James Mollison
James Mollison

9 Real Disguises of the World’s Best Undercover Reporter

James Mollison
James Mollison

by Joe Pompeo

Few people can tell you what Ghanaian super-sleuth reporter Anas Aremeyaw Anas looks like. “I’m sorry,” he apologized to an audience during a 2013 TED talk, speaking through a mask. “I cannot show you my face. If I do, the bad guys will come at me.” Those bad guys are numerous: For over a decade, the internationally-acclaimed journalist has made it his mission to expose all stripes of criminals, from seedy outlaws to crooked cops to rotten public servants. What’s more incredible is how he’s done it—with inventive ruses and elaborate disguises that make James Bond’s adventures seem snoozy by comparison. We’ve collected a few of his most memorable busts, along with tips on how he pulled them off, here.

1. A Peanut Hawker

After earning his degree from the Ghana Institute of Journalism, Anas landed a gig at The Crusading Guide newspaper in 1999. His first scoop stemmed from a simple question: If street hawking is illegal in the city of Accra, why was it so rampant along one of its busiest motorways? The answer lay in a popular peanut snack called Nkatie Burger. Anas posed as a hawker, hustling the treat to motorists stuck in traffic. In the process, he learned that cops were taking bribes from the hawkers. After seven days of reporting, he had his proof, and his story. At TED, he reflected on that first assignment. “I thought that I should do it in a different way,” he said, “so that it has maximum impact.” The statement more or less sums up his career.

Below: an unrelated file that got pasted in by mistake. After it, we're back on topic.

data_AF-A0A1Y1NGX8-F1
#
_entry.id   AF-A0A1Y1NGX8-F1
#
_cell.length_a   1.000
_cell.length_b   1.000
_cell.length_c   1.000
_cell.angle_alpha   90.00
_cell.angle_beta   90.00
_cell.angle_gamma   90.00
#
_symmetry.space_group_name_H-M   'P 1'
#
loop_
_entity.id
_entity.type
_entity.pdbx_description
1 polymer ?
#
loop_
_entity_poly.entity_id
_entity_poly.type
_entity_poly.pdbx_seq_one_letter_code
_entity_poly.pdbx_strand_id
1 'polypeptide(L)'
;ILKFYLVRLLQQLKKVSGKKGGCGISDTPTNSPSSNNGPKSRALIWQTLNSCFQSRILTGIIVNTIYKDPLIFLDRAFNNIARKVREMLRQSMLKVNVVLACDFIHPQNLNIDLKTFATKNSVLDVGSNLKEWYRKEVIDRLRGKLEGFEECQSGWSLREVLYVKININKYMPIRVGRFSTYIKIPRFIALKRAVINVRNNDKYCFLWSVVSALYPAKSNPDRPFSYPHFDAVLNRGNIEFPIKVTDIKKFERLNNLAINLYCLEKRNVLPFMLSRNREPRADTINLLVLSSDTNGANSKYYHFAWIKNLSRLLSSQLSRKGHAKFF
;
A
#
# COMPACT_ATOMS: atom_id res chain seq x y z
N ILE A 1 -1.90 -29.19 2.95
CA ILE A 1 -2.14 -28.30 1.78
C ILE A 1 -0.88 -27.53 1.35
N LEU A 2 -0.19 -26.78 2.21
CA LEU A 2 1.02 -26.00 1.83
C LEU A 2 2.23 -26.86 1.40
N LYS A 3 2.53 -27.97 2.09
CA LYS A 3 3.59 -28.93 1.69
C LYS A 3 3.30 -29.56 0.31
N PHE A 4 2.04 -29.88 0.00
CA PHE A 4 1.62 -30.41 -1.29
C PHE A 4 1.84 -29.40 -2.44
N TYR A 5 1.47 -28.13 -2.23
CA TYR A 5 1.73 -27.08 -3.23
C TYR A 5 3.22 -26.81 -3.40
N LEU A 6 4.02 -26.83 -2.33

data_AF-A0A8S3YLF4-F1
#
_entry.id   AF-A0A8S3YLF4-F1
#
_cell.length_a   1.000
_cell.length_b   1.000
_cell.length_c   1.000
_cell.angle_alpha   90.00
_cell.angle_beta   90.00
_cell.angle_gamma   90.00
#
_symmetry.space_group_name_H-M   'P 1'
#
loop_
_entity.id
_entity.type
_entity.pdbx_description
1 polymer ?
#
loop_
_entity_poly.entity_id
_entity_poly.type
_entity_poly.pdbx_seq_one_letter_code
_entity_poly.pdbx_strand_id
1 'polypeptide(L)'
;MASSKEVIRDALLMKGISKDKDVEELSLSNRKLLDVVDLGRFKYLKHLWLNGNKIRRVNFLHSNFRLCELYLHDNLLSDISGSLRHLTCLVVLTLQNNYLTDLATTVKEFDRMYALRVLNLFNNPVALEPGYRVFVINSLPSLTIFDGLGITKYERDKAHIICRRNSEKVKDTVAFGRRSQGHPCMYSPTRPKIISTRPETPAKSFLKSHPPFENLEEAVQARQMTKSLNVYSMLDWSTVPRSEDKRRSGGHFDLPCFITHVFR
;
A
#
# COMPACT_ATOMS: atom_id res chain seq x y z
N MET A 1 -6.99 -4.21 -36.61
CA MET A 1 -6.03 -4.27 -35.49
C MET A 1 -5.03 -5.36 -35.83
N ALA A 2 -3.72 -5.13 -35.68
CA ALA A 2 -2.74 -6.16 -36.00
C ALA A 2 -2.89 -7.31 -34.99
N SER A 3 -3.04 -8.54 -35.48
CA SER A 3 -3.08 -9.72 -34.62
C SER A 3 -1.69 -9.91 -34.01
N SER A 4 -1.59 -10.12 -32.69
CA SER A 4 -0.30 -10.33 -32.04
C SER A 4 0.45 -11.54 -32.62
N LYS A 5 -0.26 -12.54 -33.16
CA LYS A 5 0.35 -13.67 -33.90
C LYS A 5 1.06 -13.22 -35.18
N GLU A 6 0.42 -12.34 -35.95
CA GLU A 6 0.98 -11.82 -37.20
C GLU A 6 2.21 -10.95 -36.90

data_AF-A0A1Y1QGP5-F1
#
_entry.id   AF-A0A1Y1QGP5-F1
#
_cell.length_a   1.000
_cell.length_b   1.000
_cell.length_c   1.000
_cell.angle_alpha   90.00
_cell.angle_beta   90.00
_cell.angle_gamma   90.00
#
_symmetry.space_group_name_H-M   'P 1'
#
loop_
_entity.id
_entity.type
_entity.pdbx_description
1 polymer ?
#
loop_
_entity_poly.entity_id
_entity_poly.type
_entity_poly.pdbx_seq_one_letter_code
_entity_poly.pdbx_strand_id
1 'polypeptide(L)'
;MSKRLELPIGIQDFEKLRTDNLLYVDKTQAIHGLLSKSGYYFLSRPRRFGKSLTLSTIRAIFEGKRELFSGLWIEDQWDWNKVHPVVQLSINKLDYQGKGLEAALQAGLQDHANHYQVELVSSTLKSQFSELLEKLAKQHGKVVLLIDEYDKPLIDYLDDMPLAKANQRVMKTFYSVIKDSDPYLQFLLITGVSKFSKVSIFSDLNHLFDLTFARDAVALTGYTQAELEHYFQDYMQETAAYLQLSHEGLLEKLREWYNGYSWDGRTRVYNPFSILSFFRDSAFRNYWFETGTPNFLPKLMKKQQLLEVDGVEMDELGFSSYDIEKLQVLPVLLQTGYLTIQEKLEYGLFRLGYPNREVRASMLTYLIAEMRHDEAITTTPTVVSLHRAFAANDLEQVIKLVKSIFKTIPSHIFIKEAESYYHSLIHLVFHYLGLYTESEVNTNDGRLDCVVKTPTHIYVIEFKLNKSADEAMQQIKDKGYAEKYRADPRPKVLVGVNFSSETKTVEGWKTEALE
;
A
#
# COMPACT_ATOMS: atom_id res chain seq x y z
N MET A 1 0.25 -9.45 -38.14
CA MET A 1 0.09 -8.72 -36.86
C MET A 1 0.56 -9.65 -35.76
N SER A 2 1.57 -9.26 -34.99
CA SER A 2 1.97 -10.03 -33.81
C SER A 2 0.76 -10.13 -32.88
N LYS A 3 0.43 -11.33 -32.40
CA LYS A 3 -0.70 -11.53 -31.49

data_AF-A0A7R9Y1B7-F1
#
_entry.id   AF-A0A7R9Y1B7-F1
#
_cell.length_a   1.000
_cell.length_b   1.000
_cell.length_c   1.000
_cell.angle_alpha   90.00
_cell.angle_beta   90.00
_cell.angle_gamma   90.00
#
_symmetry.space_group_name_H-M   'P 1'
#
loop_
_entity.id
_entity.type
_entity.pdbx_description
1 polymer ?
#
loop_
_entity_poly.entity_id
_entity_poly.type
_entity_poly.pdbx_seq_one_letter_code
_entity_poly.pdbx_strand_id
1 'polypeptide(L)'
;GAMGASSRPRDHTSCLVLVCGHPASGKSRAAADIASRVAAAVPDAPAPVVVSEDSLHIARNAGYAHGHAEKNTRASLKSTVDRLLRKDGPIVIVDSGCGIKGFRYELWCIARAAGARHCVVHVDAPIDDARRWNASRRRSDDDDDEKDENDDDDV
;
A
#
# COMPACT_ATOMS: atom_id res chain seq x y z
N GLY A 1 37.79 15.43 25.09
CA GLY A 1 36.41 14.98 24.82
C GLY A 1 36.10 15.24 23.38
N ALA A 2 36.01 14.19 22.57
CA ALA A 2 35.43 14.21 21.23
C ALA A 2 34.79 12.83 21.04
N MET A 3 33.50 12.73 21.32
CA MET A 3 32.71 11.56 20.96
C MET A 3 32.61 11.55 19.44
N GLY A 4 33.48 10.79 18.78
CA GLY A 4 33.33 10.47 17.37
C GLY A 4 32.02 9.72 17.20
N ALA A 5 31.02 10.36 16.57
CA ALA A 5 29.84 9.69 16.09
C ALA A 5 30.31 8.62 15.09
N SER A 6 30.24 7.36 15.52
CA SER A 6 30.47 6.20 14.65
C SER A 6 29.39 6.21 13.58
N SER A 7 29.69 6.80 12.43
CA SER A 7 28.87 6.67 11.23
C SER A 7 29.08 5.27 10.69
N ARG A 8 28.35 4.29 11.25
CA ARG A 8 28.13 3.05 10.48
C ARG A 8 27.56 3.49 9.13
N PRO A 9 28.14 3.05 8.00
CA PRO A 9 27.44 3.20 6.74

2. A Rock

Anas as a rock, courtesy of James Mollison

Of Anas’s many faces, there’s one in which he doesn’t have a face at all—just two small eyeholes cut into what looks like an enormous, crinkled paper bag. Silly? Maybe. But his impression of a giant rock is also effective: In 2010, Anas used the disguise near a border post at the Ghana-Côte d’Ivoire crossing to spy on trucks from the roadside. As it turned out, the trucks were smuggling cocoa beans across the border. Anas’s report helped the police build a rock-solid case.

3. A Cop

Anas as a policeman, courtesy of James Mollison

Anas is known to collaborate with police (a method that would make his journalism controversial by American standards). He’s also been known to impersonate them. When he went after customs corruption at Ghana’s Port of Tema, he dressed in a dark blue uniform with pants tucked into combat boots, a walkie-talkie, and aviator sunglasses. Anas played the part perfectly, witnessing how customs officers were aiding the smugglers inside the nation’s leading seaport. The report led officials to recover $200 million in lost state funds.

4. A Parent with a (Fake) Baby

Anas' fake baby prop, courtesy of James Mollison

Some communities in Ghana believe that deformed or disabled children are possessed by evil spirits. The families of these “spirit children,” seek out “concoction men” to diagnose the so-called evil lurking within. In cases where the evil is “confirmed,” they brew poison, force feed it to the children, and kill them. Anas hired one such concoction man to kill a fictitious child. To assist with the reporting, one of Anas’s colleagues agreed to let him use her 18-month-old son as a stand-in. A concoction man examined the boy, and, at the last minute, Anas swapped the human baby out for a dummy. The simulacra was made by a London-based movie props company. It was so lifelike, the concoction man didn’t realize he was being handed a fleshy slab of silicone. The next thing on his hands? Cuffs.

5. An Assembly Line Worker